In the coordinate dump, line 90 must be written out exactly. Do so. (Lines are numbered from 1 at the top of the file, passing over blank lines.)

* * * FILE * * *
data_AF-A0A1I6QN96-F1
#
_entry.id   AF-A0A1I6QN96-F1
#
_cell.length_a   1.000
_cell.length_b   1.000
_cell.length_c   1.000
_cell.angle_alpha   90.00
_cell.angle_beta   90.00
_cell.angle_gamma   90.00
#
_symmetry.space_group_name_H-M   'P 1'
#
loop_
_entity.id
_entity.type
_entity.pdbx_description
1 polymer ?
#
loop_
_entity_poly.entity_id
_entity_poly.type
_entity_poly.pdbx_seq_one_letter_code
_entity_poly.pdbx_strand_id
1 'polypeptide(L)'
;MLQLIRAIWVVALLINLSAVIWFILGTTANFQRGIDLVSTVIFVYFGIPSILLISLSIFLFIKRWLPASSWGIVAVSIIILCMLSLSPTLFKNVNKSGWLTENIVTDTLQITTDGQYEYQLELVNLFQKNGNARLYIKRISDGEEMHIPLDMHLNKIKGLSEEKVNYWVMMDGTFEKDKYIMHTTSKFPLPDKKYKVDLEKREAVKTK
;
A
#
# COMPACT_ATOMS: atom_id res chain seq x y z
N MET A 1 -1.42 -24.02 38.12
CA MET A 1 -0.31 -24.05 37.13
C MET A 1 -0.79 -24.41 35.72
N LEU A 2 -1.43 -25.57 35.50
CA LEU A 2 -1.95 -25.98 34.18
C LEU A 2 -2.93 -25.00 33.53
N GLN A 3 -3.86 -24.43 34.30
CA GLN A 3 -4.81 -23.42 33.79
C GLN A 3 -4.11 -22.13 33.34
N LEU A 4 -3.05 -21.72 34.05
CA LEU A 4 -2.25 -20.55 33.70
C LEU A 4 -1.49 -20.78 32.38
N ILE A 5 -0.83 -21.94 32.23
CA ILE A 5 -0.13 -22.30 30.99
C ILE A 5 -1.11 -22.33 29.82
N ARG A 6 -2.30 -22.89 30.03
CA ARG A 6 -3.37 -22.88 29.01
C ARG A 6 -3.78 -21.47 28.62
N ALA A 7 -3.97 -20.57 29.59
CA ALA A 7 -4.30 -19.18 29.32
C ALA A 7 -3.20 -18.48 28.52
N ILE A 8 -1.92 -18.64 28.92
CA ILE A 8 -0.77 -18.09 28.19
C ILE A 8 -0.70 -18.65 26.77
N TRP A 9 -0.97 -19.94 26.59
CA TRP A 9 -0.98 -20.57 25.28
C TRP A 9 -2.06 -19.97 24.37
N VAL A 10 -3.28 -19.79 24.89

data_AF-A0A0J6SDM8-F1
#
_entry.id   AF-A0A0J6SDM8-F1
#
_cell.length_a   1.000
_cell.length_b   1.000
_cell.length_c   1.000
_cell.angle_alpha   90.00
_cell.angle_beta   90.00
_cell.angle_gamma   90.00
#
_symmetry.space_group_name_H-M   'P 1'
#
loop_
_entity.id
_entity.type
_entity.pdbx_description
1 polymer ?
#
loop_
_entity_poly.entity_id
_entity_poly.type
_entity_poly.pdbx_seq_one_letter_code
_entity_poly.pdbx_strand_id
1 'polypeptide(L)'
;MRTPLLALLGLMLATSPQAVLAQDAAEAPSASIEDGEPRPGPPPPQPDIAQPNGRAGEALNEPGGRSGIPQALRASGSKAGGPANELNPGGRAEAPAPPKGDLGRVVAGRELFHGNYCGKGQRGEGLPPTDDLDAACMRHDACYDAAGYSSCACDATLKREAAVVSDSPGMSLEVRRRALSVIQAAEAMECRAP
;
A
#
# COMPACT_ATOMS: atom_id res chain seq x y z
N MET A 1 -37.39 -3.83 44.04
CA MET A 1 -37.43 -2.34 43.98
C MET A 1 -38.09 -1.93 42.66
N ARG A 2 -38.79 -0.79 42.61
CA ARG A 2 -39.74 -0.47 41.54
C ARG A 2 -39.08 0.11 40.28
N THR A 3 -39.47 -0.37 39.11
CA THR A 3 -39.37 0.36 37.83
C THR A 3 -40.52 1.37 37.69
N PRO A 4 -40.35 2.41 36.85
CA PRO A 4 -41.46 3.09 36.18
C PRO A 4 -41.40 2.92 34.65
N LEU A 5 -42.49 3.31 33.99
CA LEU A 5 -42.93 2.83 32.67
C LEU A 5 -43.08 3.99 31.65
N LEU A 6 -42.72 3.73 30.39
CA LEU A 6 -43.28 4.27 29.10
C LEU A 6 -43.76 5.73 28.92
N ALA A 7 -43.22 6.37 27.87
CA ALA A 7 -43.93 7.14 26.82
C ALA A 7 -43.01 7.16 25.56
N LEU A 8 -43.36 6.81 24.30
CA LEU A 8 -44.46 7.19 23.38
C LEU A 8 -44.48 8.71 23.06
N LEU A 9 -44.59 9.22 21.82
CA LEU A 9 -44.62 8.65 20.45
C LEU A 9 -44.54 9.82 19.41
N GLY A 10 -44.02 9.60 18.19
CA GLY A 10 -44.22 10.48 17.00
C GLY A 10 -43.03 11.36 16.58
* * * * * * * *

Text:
CA MET A 1 -37.43 -2.34 43.98